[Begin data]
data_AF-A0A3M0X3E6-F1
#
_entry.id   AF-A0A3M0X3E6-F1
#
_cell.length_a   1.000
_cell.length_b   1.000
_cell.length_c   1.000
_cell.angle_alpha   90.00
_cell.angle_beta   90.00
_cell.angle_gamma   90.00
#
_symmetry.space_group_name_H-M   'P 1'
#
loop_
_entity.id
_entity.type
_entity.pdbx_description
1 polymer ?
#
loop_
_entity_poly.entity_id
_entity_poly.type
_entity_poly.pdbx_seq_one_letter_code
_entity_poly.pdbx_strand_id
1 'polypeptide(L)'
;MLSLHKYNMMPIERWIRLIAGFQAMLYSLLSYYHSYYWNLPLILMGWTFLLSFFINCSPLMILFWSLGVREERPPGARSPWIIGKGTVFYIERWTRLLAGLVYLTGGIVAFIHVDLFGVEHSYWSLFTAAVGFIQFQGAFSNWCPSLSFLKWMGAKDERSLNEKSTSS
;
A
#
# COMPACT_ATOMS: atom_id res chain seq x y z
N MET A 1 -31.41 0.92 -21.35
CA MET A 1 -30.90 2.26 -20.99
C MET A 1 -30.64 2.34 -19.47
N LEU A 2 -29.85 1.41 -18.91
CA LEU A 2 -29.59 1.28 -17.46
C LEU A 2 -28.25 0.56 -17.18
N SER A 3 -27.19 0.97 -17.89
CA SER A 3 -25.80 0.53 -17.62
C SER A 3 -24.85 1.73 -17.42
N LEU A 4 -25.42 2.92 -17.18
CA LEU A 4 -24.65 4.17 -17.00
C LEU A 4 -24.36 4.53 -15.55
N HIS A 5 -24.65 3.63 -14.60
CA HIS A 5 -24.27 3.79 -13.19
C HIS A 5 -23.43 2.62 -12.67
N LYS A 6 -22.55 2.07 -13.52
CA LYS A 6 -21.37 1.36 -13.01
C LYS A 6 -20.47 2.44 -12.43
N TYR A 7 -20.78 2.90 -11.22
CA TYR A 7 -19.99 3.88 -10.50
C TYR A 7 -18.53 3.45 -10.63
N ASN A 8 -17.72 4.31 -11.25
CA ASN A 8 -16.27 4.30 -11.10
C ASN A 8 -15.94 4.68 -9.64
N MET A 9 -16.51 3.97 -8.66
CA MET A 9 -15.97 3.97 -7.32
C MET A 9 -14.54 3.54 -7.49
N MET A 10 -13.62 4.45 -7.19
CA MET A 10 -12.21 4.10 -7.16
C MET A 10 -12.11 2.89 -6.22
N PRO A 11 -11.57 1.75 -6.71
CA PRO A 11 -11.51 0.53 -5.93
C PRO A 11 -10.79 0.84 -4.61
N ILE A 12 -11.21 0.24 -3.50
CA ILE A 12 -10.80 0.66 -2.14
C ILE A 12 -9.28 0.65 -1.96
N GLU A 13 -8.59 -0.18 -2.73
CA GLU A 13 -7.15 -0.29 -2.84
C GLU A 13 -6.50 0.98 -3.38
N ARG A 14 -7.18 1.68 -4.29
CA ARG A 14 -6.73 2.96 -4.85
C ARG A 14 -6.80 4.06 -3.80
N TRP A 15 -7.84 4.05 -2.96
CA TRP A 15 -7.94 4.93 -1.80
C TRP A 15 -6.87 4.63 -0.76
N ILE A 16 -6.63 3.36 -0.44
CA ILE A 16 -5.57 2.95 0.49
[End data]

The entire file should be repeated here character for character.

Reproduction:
data_AF-A0A3M0X3E6-F1
#
_entry.id   AF-A0A3M0X3E6-F1
#
_cell.length_a   1.000
_cell.length_b   1.000
_cell.length_c   1.000
_cell.angle_alpha   90.00
_cell.angle_beta   90.00
_cell.angle_gamma   90.00
#
_symmetry.space_group_name_H-M   'P 1'
#
loop_
_entity.id
_entity.type
_entity.pdbx_description
1 polymer ?
#
loop_
_entity_poly.entity_id
_entity_poly.type
_entity_poly.pdbx_seq_one_letter_code
_entity_poly.pdbx_strand_id
1 'polypeptide(L)'
;MLSLHKYNMMPIERWIRLIAGFQAMLYSLLSYYHSYYWNLPLILMGWTFLLSFFINCSPLMILFWSLGVREERPPGARSPWIIGKGTVFYIERWTRLLAGLVYLTGGIVAFIHVDLFGVEHSYWSLFTAAVGFIQFQGAFSNWCPSLSFLKWMGAKDERSLNEKSTSS
;
A
#
# COMPACT_ATOMS: atom_id res chain seq x y z
N MET A 1 -31.41 0.92 -21.35
CA MET A 1 -30.90 2.26 -20.99
C MET A 1 -30.64 2.34 -19.47
N LEU A 2 -29.85 1.41 -18.91
CA LEU A 2 -29.59 1.28 -17.46
C LEU A 2 -28.25 0.56 -17.18
N SER A 3 -27.19 0.97 -17.89
CA SER A 3 -25.80 0.53 -17.62
C SER A 3 -24.85 1.73 -17.42
N LEU A 4 -25.42 2.92 -17.18
CA LEU A 4 -24.65 4.17 -17.00
C LEU A 4 -24.36 4.53 -15.55
N HIS A 5 -24.65 3.63 -14.60
CA HIS A 5 -24.27 3.79 -13.19
C HIS A 5 -23.43 2.62 -12.67
N LYS A 6 -22.55 2.07 -13.52
CA LYS A 6 -21.37 1.36 -13.01
C LYS A 6 -20.47 2.44 -12.43
N TYR A 7 -20.78 2.90 -11.22
CA TYR A 7 -19.99 3.88 -10.50
C TYR A 7 -18.53 3.45 -10.63
N ASN A 8 -17.72 4.31 -11.25
CA ASN A 8 -16.27 4.30 -11.10
C ASN A 8 -15.94 4.68 -9.64
N MET A 9 -16.51 3.97 -8.66
CA MET A 9 -15.97 3.97 -7.32
C MET A 9 -14.54 3.54 -7.49
N MET A 10 -13.62 4.45 -7.19
CA MET A 10 -12.21 4.10 -7.16
C MET A 10 -12.11 2.89 -6.22
N PRO A 11 -11.57 1.75 -6.71
CA PRO A 11 -11.51 0.53 -5.93
C PRO A 11 -10.79 0.84 -4.61
N ILE A 12 -11.21 0.24 -3.50
CA ILE A 12 -10.80 0.66 -2.14
C ILE A 12 -9.28 0.65 -1.96
N GLU A 13 -8.59 -0.18 -2.73
CA GLU A 13 -7.15 -0.29 -2.84
C GLU A 13 -6.50 0.98 -3.38
N ARG A 14 -7.18 1.68 -4.29
CA ARG A 14 -6.73 2.96 -4.85
C ARG A 14 -6.80 4.06 -3.80
N TRP A 15 -7.84 4.05 -2.96
CA TRP A 15 -7.94 4.93 -1.80
C TRP A 15 -6.87 4.63 -0.76
N ILE A 16 -6.63 3.36 -0.44
CA ILE A 16 -5.57 2.95 0.49